10 Answers | Add Yours
Well, TVs are certainly growing larger. They're not wall-to-wall and floor-to-ceiling yet, but we're getting there. Of more concern and reflective of the novel is the fact that we are more and more engaged with electronics and a virtual world than we are with each other in this one.
I'm reminded of another Bradbury work with a similar theme, a short story called "The Pedestrian." While everyone stays in their houses watching television with the blinds drawn, the protagonist chooses instead to go for a walk each night. This odd behavior is so threatening to the state that he is arrested. A totalitarian government cannot abide an individual who thinks for himself and acts upon truth--which brings to mind another great short story with the same theme, Vonnegut's "Harrison Bergeron."
I wish I had more faith in Americans' ability to think independently and to recognize when they are being emotionally manipulated with political propaganda. The repressive government and repressed society in Fahrenheit 451 did not spring up overnight. No doubt powerful people had pulled strings offstage and the majority of people in that society had failed to realize the fate that was slowly overwhelming them. A few knew and understood what had happened, just as Montag came to understand and then rebelled. For most people in the novel, they never knew what hit them, and they did not question. There are some frightening parallels at work in our own society, I fear.
Love him! There isn't one piece I've read by Bradbury that I don't like and that hasn't made me think. As long as people are reading...ebooks, audiobooks, printed books...then we are also thinking. We can't stop thinking for ourselves. The minute we do this and allow the government or someone else make our decisions for us, then yes, our society could go the way of 451.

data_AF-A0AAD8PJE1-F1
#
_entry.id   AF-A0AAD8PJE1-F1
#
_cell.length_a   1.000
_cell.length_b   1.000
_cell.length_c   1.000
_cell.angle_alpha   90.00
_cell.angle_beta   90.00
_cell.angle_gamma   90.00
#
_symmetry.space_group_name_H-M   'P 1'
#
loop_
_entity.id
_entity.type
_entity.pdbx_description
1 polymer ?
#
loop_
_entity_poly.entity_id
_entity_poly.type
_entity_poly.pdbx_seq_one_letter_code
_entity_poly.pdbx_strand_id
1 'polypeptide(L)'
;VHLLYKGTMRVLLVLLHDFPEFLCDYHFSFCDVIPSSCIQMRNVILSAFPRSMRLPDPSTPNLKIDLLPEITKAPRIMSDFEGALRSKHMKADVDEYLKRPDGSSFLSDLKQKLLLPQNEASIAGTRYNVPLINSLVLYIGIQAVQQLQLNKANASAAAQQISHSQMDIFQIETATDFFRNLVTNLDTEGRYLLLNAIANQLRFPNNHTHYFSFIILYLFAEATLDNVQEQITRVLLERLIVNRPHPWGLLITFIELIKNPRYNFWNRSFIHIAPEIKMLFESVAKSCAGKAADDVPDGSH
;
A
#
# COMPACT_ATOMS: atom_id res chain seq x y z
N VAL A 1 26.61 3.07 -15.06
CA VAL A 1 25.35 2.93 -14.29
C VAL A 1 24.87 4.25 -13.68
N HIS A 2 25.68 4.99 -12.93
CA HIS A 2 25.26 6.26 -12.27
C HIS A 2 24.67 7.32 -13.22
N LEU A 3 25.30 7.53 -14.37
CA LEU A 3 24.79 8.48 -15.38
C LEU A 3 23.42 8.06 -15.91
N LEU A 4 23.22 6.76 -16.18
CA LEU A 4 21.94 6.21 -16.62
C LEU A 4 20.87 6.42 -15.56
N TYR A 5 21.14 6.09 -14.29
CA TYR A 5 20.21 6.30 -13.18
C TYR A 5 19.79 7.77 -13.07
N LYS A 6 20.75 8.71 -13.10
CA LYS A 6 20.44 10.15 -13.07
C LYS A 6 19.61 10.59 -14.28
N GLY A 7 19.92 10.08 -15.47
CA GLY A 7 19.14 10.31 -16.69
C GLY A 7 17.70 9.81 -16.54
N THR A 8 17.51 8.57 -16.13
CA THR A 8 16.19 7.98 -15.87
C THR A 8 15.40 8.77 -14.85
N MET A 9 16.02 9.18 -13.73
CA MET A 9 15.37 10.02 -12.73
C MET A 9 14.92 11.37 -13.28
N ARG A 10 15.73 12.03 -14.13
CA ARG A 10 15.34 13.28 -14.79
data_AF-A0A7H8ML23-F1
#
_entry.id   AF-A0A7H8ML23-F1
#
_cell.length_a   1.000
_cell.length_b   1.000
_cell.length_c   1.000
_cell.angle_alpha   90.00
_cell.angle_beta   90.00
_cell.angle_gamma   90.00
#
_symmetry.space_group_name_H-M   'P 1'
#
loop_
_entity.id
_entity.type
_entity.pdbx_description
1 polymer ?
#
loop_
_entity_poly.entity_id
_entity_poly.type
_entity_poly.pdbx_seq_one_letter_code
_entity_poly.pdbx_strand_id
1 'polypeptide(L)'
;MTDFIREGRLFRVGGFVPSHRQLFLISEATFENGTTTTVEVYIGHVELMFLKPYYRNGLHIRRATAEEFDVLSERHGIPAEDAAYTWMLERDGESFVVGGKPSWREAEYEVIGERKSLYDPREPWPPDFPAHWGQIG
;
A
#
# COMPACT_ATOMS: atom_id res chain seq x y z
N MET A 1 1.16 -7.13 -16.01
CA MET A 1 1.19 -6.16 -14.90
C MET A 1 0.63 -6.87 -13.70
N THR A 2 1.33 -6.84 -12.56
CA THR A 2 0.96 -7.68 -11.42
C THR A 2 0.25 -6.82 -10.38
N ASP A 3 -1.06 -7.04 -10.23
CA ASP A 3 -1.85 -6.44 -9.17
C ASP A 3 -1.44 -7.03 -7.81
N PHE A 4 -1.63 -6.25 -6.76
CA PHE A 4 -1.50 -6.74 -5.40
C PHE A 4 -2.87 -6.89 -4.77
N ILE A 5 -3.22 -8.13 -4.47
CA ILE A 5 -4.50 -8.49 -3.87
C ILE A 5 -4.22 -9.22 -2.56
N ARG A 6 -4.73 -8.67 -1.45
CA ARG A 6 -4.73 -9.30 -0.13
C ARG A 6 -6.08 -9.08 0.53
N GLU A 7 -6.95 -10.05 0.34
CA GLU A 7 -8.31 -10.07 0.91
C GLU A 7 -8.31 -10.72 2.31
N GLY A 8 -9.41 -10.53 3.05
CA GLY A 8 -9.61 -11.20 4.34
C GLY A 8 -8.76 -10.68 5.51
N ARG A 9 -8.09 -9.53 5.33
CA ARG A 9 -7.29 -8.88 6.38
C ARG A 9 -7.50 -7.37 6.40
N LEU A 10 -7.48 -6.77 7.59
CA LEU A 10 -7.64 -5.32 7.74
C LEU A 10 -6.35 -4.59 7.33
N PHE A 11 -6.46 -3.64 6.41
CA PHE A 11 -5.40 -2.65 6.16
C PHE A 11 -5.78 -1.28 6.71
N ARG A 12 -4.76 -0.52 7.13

Ray Bradubury's writings are quality works that have stood the test of time. Prophetic--no. Science fiction's job is to address the use of science and technology and how those elements can be abused and go awry. Any one of us could predict changes that will take place in our government in the future simply by analyzing the changes and events of the past. That might make him analytical, farseeing, but not prophetic.
Ray Bradbury was, indeed, prophetic as post #2 states. He said,
You don't have to burn books to destroy a culture; just get people to stop reading them.
How true is this? Bradbury foresaw how technology would get ahead of man in development. This concern was similar to that of Aldous Huxley, author of Brave New World.
I do think that Raymond Bradbury is an incredible author with an ability to predict how society is developing and how those developments are going to have a negative impact on society. When I read Fahrenheit 451 or his shorter fiction it is hard not to realise that he managed to anticipate some of the changes in our society, especially concerning technology, and thus he paints a black picture of where we could be heading if we do not use that technology wisely.